How To Train for Your First Century Ride

Have you ever wanted to complete a century or metric century ride but don’t know where to start? Training for your first big ride can be daunting, but follow these simple steps to prepare your mind and body to accomplish your goals! 

Step 1. Build a Solid Base and Plan

You want to start your training conservatively. Make sure you know your limits. It is better to go on a shorter ride at first to see how much your body responds. Start with 30 minutes to hour-long rides to establish a solid base. If you accomplish a 30-minute ride and you have enough energy to keep pedaling, consider adding 10-15 minutes to your next ride. It is not encouraged to feel completely exhausted after completing your first few rides. This could set you back with more recovery time needed, or worse, it could lead to an injury that could take you off course for completing your first century. 

Step 2. Gradual Increases and Consistency 

Consistently add 15-20 minutes to your rides weekly, focusing on longer days on the bike. You don’t need to ride every day but make sure you are staying consistent with training. As you feel stronger on longer rides start to increase your time, intensity and mileage gradually. Weekends are a great time to add more time and distance on the bike. 

Step 3: Fueling and Recovery

When training for your first century, it is crucial to fuel your body properly and get enough rest and recovery. As your weekly training miles increase, your energy expenditure will increase. You need to fuel your body with the proper nutrition on and off the bike. Plus, don’t forget to eat and drink often while on your rides. Carry plenty of food and water for your rides or have planned stops to refuel while on the road. Fueling properly before and during your rides will help the body keep running at peak performance and reduce the risk of dehydration and bonking (the inability to continue, extreme physical weakness, usually caused by lack of glycogen in the body). Consuming the proper nutrition after a ride will help with the recovery process and add those essential nutrients that were depleted during the ride.

For more on what to eat during a ride, read tips from Susan Kitchen, Sports Certified Registered Dietitian, USA Triathlon and Ironman Certified Coach.

Sleep is also a very important part of the recovery and building process. Your sleep is important because it helps reduce cortisol levels. Cortisol is a hormone that breaks down tissues in the body for energy. Logging proper sleep allows the body to produce growth hormones to rebuild injured tissues from your training. Enjoy the opportunity to reward your body with recovery and sleep.

Step 4: Training Partner or Groups

Training for a century can lead to many hours of pedaling alone. Why not make it more enjoyable and train with others? Not only is it fun to have the same goal and accomplish that goal together, but there are many great aspects to training with people. Your training partner or group can help keep you motivated, stay on track with your training, help you push through those tough times, and have a fun social aspect to boost morale.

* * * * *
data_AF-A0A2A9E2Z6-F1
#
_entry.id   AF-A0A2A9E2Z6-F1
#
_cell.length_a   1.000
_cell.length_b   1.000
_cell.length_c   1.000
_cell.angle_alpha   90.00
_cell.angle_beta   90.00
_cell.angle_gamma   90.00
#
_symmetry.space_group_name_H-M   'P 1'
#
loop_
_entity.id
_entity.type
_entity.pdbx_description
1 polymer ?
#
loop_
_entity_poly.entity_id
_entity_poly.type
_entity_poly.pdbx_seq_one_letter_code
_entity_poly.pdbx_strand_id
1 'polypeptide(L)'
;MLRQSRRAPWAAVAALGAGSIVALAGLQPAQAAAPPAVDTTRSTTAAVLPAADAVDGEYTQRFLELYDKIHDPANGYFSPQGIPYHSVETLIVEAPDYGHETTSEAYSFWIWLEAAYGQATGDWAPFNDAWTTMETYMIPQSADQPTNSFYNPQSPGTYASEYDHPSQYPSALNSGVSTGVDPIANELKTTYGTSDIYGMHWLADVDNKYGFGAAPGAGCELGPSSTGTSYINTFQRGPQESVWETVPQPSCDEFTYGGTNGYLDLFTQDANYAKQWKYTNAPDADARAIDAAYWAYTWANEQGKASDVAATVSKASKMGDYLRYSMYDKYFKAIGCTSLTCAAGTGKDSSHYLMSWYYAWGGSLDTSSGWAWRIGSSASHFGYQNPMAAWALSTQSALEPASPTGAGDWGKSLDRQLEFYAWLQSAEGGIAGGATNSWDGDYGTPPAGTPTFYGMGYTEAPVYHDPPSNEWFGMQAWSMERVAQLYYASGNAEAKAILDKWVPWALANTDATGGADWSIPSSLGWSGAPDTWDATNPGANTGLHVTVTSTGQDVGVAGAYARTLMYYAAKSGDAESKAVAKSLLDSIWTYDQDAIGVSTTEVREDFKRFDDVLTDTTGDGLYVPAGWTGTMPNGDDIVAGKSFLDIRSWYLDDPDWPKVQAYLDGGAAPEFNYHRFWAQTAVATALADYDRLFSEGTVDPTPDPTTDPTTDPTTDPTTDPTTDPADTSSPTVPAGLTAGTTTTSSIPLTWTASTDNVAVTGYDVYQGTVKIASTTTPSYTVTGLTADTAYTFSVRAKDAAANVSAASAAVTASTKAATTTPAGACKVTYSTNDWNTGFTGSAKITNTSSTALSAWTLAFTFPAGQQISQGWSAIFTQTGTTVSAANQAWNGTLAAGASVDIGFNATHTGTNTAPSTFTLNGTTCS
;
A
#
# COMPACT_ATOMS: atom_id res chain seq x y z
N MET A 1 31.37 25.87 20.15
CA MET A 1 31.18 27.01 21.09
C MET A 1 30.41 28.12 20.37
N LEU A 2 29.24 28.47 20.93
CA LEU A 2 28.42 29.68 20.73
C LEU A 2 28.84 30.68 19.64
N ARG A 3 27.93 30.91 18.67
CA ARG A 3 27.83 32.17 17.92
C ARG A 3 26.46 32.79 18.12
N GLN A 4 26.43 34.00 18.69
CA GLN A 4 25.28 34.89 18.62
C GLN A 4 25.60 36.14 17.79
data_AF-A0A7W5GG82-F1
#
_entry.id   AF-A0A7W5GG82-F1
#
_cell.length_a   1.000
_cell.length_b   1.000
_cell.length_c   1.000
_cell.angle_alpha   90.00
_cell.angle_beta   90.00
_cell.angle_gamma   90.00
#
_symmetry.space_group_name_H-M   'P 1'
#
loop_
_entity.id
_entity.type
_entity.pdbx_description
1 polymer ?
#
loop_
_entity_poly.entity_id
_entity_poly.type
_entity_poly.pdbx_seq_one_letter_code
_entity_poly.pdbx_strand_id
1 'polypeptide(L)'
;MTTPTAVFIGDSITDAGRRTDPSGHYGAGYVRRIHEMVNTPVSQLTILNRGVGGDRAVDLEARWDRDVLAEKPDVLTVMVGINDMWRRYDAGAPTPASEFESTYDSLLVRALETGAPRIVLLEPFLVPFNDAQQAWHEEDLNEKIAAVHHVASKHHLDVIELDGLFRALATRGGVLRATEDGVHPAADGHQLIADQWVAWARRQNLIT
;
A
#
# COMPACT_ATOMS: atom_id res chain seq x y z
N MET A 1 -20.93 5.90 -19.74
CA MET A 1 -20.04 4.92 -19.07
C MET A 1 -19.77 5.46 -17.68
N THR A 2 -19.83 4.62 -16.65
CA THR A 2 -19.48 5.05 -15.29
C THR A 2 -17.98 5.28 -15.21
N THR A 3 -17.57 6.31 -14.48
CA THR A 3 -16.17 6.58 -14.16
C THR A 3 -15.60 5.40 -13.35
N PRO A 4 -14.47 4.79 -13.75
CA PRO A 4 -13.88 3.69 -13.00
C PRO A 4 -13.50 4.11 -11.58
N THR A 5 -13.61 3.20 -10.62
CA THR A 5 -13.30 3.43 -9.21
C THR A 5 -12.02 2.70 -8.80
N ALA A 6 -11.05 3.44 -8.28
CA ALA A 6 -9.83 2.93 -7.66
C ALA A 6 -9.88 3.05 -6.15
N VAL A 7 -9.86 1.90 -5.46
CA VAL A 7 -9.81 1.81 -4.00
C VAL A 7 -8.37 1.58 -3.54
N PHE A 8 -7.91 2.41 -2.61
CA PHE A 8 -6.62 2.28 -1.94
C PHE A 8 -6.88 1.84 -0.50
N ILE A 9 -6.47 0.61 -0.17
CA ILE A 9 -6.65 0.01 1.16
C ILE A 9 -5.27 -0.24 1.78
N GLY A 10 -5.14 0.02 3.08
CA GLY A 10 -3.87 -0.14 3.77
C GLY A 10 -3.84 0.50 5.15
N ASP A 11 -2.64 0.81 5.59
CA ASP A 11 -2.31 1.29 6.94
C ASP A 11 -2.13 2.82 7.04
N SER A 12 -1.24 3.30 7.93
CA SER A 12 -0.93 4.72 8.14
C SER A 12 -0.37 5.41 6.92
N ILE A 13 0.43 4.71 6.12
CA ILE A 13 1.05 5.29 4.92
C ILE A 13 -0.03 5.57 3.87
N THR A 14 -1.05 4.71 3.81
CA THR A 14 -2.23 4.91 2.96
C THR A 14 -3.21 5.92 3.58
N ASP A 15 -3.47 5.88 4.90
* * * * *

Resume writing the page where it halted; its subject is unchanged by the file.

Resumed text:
Step 5: Tapering for your Century

When your event is on the calendar, begin tapering two weeks before. You will want to reduce your training volume by 20-25% in week one of the tapering process. During this week, you want to focus more on recovery time, sleep and nutrition.

One week out, aim for a 2-3 hour steady paced ride. Mid-week, cover half or just over half of the event distance. During this week, you will start preparing the body to complete your first century. Continue with a proper nutrition plan to give your body the fuel it needs to complete the ride. Also, make sure you are getting enough sleep to aid in the recovery process and be ready to crush your goal!

Step 6: Enjoy the Journey

Remember, start slowly and progressively work your way up to your cycling goal! Most importantly, relish the process and have fun achieving your cycling milestones. Make sure you are riding fun routes that will keep you motivated and wanting to ride more. It’s time to hop on your bike and go for gold.

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Brandon Monk Feehery cyclist Monk, PFA, pedal for Alzheimer's, cyclist, cycling,
Brandon “Monk” Feehery

Feehery is a professional crit and road race cyclist who has raced in the USA Professional Cycling Championship for the past ten years. He has won multiple stages, been on the overall podium eight times and won the overall two times in the ten-day crit-racing series, Intelligentsia Cup Chicago. He currently races for the Miami Blazers and uses his global reach to share the mission of Pedal for Alzheimer’s. Feehery won his first National Championship in the overall and crit at the Collegiate Road National Championships in Richmond, Va. He also placed third in the 2016 Tour of Fuzhou and fourth in the 2015 Delta Road Race. Over his professional cycling career, Feehery has over 50 professional wins.